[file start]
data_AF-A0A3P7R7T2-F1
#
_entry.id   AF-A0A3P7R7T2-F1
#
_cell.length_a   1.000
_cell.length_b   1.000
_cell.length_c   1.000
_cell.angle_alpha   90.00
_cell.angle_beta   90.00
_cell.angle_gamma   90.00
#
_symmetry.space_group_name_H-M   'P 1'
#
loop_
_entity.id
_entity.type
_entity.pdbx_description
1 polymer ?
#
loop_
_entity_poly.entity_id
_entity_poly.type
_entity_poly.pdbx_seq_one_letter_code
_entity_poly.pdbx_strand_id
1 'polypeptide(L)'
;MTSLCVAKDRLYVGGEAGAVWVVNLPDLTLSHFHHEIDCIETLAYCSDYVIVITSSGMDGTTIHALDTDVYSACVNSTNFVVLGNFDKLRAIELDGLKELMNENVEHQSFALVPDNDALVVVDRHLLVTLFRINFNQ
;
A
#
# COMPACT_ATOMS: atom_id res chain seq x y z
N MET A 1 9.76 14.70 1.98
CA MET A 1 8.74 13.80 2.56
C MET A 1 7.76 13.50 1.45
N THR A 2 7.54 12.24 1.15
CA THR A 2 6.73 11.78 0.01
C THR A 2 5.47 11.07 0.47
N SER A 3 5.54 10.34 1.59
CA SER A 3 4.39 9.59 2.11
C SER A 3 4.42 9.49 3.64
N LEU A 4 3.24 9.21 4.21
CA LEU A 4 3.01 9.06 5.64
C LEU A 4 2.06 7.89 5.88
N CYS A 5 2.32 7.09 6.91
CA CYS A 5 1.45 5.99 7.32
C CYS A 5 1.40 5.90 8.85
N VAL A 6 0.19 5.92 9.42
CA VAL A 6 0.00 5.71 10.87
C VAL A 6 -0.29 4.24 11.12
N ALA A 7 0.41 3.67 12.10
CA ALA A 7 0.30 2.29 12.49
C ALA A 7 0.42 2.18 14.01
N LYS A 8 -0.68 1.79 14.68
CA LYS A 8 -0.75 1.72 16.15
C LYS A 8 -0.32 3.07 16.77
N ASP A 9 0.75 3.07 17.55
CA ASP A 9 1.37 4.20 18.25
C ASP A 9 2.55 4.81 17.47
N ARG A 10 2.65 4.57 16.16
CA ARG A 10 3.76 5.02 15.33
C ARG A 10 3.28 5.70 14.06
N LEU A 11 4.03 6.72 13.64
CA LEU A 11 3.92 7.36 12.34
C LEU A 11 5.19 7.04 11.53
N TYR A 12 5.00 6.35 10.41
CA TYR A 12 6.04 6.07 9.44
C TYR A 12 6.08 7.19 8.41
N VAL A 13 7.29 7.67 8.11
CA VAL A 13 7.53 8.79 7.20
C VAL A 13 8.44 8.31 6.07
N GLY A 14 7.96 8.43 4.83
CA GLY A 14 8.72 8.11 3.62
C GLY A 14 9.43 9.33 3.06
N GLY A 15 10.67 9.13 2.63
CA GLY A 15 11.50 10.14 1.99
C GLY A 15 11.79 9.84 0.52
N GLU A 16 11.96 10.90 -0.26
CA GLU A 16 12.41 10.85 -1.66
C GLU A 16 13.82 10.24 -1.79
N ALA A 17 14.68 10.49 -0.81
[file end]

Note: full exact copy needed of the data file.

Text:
data_AF-A0A3P7R7T2-F1
#
_entry.id   AF-A0A3P7R7T2-F1
#
_cell.length_a   1.000
_cell.length_b   1.000
_cell.length_c   1.000
_cell.angle_alpha   90.00
_cell.angle_beta   90.00
_cell.angle_gamma   90.00
#
_symmetry.space_group_name_H-M   'P 1'
#
loop_
_entity.id
_entity.type
_entity.pdbx_description
1 polymer ?
#
loop_
_entity_poly.entity_id
_entity_poly.type
_entity_poly.pdbx_seq_one_letter_code
_entity_poly.pdbx_strand_id
1 'polypeptide(L)'
;MTSLCVAKDRLYVGGEAGAVWVVNLPDLTLSHFHHEIDCIETLAYCSDYVIVITSSGMDGTTIHALDTDVYSACVNSTNFVVLGNFDKLRAIELDGLKELMNENVEHQSFALVPDNDALVVVDRHLLVTLFRINFNQ
;
A
#
# COMPACT_ATOMS: atom_id res chain seq x y z
N MET A 1 9.76 14.70 1.98
CA MET A 1 8.74 13.80 2.56
C MET A 1 7.76 13.50 1.45
N THR A 2 7.54 12.24 1.15
CA THR A 2 6.73 11.78 0.01
C THR A 2 5.47 11.07 0.47
N SER A 3 5.54 10.34 1.59
CA SER A 3 4.39 9.59 2.11
C SER A 3 4.42 9.49 3.64
N LEU A 4 3.24 9.21 4.21
CA LEU A 4 3.01 9.06 5.64
C LEU A 4 2.06 7.89 5.88
N CYS A 5 2.32 7.09 6.91
CA CYS A 5 1.45 5.99 7.32
C CYS A 5 1.40 5.90 8.85
N VAL A 6 0.19 5.92 9.42
CA VAL A 6 0.00 5.71 10.87
C VAL A 6 -0.29 4.24 11.12
N ALA A 7 0.41 3.67 12.10
CA ALA A 7 0.30 2.29 12.49
C ALA A 7 0.42 2.18 14.01
N LYS A 8 -0.68 1.79 14.68
CA LYS A 8 -0.75 1.72 16.15
C LYS A 8 -0.32 3.07 16.77
N ASP A 9 0.75 3.07 17.55
CA ASP A 9 1.37 4.20 18.25
C ASP A 9 2.55 4.81 17.47
N ARG A 10 2.65 4.57 16.16
CA ARG A 10 3.76 5.02 15.33
C ARG A 10 3.28 5.70 14.06
N LEU A 11 4.03 6.72 13.64
CA LEU A 11 3.92 7.36 12.34
C LEU A 11 5.19 7.04 11.53
N TYR A 12 5.00 6.35 10.41
CA TYR A 12 6.04 6.07 9.44
C TYR A 12 6.08 7.19 8.41
N VAL A 13 7.29 7.67 8.11
CA VAL A 13 7.53 8.79 7.20
C VAL A 13 8.44 8.31 6.07
N GLY A 14 7.96 8.43 4.83
CA GLY A 14 8.72 8.11 3.62
C GLY A 14 9.43 9.33 3.06
N GLY A 15 10.67 9.13 2.63
CA GLY A 15 11.50 10.14 1.99
C GLY A 15 11.79 9.84 0.52
N GLU A 16 11.96 10.90 -0.26
CA GLU A 16 12.41 10.85 -1.66
C GLU A 16 13.82 10.24 -1.79
N ALA A 17 14.68 10.49 -0.81